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An irreducible element of a ring is a non-unit such that it cannot be written as a product of two non-units.

A UFD is a domain such that each non-unit $x\in R \backslash \{0\}$ can be written as a product of irreducible elements.

So if we take an irreducible element $r$ in a UFD, then it's not a unit and so admits a unique factorization into irreducible elements $r_1\dots r_n$ (which are also non-units). As it's irreducible it cannot be written as a product of two non-units so if $r = ab$ then $a$ or $b$ is a unit.

Does this mean that irreducible elements can be multiplied together to form units? And therefore non-units can be multiplied together to form units?

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Everything you've stated is correct, but I don't see how you come to the conclusion that irreducible elements can be multiplied together to form units. – Ted May 20 '12 at 17:45
It's sort of irrelevant for the question in the title, but in your setup note that since you are in a UFD it must be the case that $ n=1$ and $r_1 = ur$ for some unit $u$. – Dylan Moreland May 20 '12 at 17:54
up vote 10 down vote accepted

In a factorization, note that $n$ can be 1 (or zero!).

In general if $ab$ is a unit, then there exists $c$ so that $(ab)c=1$. Now, what can you say about $a$?

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Noting that multiplication is associative ... – Mark Bennet May 20 '12 at 17:50

Hint $\ $ Units = divisors of $1,$ so divisors of units are units $\rm\:a\:|\:b\:|\:1\:\Rightarrow\:a\:|\:1\:$ by transitivity of '|'.

Thus the unit group U is a saturated monoid, i.e $\rm\:ab\in U\iff a,b\in U.$

Therefore, nonunit $\rm\:\!n\:\Rightarrow\: nx\:\!$ nonunit, another example of a complementary view of a subgroup.

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I don't understand your "Does that mean..."

In a UFD, the factorization into irreducibles of an irreducible is just itself. Just like, in $\mathbb{Z}$, the way to express $2$ as a product of primes is by writing $2=2$.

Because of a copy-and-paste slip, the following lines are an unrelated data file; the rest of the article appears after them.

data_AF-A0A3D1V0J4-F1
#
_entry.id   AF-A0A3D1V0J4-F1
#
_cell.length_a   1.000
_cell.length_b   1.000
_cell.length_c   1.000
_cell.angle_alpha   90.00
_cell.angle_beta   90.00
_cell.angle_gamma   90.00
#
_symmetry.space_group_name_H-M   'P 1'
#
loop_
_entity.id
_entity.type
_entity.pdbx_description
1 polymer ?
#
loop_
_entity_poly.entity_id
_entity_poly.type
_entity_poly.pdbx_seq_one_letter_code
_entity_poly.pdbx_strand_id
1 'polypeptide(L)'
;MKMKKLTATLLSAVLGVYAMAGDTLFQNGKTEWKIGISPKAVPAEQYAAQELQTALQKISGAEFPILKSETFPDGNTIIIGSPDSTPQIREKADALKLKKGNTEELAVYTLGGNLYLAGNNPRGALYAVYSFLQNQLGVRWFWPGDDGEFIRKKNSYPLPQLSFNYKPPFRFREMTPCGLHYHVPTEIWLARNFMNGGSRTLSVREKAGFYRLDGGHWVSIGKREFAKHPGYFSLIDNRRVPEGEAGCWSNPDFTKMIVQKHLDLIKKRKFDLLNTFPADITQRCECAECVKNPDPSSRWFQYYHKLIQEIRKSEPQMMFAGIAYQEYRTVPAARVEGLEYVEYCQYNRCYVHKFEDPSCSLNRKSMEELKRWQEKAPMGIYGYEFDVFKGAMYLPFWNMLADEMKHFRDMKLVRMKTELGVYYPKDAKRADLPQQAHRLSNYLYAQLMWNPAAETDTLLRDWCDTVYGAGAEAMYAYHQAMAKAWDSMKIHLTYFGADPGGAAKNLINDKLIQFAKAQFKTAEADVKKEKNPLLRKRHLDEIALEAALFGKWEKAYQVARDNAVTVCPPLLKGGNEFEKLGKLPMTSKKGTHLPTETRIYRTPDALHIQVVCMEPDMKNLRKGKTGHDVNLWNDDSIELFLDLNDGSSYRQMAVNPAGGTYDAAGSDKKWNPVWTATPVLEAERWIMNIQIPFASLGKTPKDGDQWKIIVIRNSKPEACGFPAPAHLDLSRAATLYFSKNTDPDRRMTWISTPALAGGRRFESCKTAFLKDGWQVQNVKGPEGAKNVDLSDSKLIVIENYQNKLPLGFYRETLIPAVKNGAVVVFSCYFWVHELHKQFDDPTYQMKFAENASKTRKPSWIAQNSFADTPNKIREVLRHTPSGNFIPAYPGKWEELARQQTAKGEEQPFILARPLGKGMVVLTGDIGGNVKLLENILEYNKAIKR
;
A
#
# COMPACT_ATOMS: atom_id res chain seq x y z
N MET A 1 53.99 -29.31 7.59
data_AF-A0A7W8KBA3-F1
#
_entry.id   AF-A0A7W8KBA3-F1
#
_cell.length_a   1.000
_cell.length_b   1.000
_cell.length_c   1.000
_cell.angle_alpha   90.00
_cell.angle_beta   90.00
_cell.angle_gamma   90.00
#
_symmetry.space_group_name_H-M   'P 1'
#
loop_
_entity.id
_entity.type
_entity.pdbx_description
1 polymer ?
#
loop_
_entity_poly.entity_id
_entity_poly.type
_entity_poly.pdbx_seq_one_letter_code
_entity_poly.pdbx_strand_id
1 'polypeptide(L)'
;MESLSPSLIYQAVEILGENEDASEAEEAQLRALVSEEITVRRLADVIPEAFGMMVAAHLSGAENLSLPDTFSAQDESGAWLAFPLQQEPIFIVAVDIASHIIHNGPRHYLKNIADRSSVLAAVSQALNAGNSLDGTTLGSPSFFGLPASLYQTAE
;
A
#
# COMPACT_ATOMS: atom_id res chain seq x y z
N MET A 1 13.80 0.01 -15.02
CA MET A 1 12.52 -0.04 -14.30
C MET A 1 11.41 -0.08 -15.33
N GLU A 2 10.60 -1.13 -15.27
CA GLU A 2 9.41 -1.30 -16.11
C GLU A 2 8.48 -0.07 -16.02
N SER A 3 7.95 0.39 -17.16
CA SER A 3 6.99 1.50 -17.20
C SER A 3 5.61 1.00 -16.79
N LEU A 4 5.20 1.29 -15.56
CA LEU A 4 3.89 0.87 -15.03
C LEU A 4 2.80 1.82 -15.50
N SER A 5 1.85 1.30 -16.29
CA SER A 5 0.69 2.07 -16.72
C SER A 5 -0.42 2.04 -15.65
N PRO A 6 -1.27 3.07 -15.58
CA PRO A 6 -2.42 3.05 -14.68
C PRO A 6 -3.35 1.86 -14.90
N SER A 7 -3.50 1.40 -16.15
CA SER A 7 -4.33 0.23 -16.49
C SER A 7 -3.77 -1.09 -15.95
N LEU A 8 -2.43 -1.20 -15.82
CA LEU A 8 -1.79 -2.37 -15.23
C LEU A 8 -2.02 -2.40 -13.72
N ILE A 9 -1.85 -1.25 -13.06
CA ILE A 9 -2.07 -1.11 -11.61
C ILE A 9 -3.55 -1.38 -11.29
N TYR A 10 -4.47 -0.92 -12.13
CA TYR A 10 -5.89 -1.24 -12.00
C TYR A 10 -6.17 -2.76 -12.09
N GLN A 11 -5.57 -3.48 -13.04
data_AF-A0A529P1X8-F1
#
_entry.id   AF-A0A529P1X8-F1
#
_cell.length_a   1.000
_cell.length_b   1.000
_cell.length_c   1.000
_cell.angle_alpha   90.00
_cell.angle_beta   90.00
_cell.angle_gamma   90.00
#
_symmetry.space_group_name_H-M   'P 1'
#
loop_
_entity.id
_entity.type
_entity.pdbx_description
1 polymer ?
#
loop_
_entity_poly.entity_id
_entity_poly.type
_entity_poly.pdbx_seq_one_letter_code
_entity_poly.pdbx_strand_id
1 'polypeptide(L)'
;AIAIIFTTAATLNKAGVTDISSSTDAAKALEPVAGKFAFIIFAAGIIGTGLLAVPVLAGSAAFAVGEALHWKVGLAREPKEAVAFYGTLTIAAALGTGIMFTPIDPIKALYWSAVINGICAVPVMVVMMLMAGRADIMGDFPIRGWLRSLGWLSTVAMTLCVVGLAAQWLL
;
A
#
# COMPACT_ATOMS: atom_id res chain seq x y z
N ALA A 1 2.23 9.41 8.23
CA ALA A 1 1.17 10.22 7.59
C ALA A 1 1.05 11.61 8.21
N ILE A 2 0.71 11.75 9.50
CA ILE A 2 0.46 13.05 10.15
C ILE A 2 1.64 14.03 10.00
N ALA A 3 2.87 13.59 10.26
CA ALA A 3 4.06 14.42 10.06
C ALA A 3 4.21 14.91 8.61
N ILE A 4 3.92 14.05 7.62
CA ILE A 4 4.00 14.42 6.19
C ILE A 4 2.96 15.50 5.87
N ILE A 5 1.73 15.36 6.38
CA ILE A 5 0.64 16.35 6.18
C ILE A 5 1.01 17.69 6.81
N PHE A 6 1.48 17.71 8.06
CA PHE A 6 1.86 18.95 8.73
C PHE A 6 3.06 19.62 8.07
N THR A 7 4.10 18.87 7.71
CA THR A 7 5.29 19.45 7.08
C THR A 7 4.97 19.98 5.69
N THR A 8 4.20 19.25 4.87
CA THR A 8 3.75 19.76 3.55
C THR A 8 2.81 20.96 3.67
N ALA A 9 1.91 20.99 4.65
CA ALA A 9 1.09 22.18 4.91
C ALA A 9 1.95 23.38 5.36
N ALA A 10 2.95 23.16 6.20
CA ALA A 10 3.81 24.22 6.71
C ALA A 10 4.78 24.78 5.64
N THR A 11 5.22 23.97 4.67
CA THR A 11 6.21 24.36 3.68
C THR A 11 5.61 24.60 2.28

In a commutative ring, any divisor of a unit is itself a unit: If $x$ divides $u$ and $u$ is a unit, then there exists $y$ such that $xy=u$, and there exists $v$ such that $uv=1$. Then $x(yv) = (xy)v = uv = 1$, so $x$ is a unit.

In particular, in a commutative ring, a product that contains at least one nonunit factor is a nonunit; and a product of units is a unit (easy to verify).

In a noncommutative ring, however, it is possible for a non-unit to divide a unit (on one side). Recall that in a noncommutative ring, a unit is an element $u$ that has a two-sided inverse, that is an element $v$ such that $uv=vu=1$. An element may have a one-sided inverse and not be a unit.

Here's a standard example:

Let $V$ be the vector space of all real sequences, with pointwise addition. Let $R$ be the ring of all linear transformation $V\to V$, with multiplication being composition of functions. Then we can let $\lambda\colon V\to V$ be the left-shift operator that maps the sequence $(a_0,a_1,a_2,\ldots)$ to $(a_1,a_2,a_3,\ldots)$, and $\rho\colon V\to V$ be the right-shift operator that maps the sequence $(a_0,a_1,a_2,\ldots,)$ to $(0,a_0,a_1,a_2,\ldots)$.

Then $\lambda\rho=1$, so $\lambda$ is a left divisor of a unit, and $\rho$ is a right divisor of a unit. However, neither $\lambda$ nor $\rho$ are units: a unit in $R$ must be a bijective linear transformation on $V$, but $\lambda$ is not one-to-one, and $\rho$ is not onto, so neither element is a unit.

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